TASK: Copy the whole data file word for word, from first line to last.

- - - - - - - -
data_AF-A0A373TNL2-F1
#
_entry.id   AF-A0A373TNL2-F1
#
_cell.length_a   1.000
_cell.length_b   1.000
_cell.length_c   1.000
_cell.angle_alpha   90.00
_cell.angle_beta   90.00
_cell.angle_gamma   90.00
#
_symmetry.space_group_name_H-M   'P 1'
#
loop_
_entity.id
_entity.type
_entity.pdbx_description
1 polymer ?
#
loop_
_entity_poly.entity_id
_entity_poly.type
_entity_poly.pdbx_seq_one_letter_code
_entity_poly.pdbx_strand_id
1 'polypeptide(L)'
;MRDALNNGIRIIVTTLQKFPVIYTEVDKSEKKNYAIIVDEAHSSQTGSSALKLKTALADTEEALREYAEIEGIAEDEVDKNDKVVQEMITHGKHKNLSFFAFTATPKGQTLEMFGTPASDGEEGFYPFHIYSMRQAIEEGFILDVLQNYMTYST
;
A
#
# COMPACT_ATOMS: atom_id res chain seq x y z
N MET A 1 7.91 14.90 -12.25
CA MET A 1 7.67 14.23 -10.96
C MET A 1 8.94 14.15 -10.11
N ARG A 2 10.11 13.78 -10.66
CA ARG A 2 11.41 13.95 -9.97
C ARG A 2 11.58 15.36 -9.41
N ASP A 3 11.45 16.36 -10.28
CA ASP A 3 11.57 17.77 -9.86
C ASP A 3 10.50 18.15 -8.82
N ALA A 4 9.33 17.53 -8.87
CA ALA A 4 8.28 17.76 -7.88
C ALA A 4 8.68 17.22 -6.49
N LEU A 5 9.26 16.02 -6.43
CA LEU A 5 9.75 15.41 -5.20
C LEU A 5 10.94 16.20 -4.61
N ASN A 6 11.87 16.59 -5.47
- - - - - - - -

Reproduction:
data_AF-A0A373TNL2-F1
#
_entry.id   AF-A0A373TNL2-F1
#
_cell.length_a   1.000
_cell.length_b   1.000
_cell.length_c   1.000
_cell.angle_alpha   90.00
_cell.angle_beta   90.00
_cell.angle_gamma   90.00
#
_symmetry.space_group_name_H-M   'P 1'
#
loop_
_entity.id
_entity.type
_entity.pdbx_description
1 polymer ?
#
loop_
_entity_poly.entity_id
_entity_poly.type
_entity_poly.pdbx_seq_one_letter_code
_entity_poly.pdbx_strand_id
1 'polypeptide(L)'
;MRDALNNGIRIIVTTLQKFPVIYTEVDKSEKKNYAIIVDEAHSSQTGSSALKLKTALADTEEALREYAEIEGIAEDEVDKNDKVVQEMITHGKHKNLSFFAFTATPKGQTLEMFGTPASDGEEGFYPFHIYSMRQAIEEGFILDVLQNYMTYST
;
A
#
# COMPACT_ATOMS: atom_id res chain seq x y z
N MET A 1 7.91 14.90 -12.25
CA MET A 1 7.67 14.23 -10.96
C MET A 1 8.94 14.15 -10.11
N ARG A 2 10.11 13.78 -10.66
CA ARG A 2 11.41 13.95 -9.97
C ARG A 2 11.58 15.36 -9.41
N ASP A 3 11.45 16.36 -10.28
CA ASP A 3 11.57 17.77 -9.86
C ASP A 3 10.50 18.15 -8.82
N ALA A 4 9.33 17.53 -8.87
CA ALA A 4 8.28 17.76 -7.88
C ALA A 4 8.68 17.22 -6.49
N LEU A 5 9.26 16.02 -6.43
CA LEU A 5 9.75 15.41 -5.20
C LEU A 5 10.94 16.20 -4.61
N ASN A 6 11.87 16.59 -5.47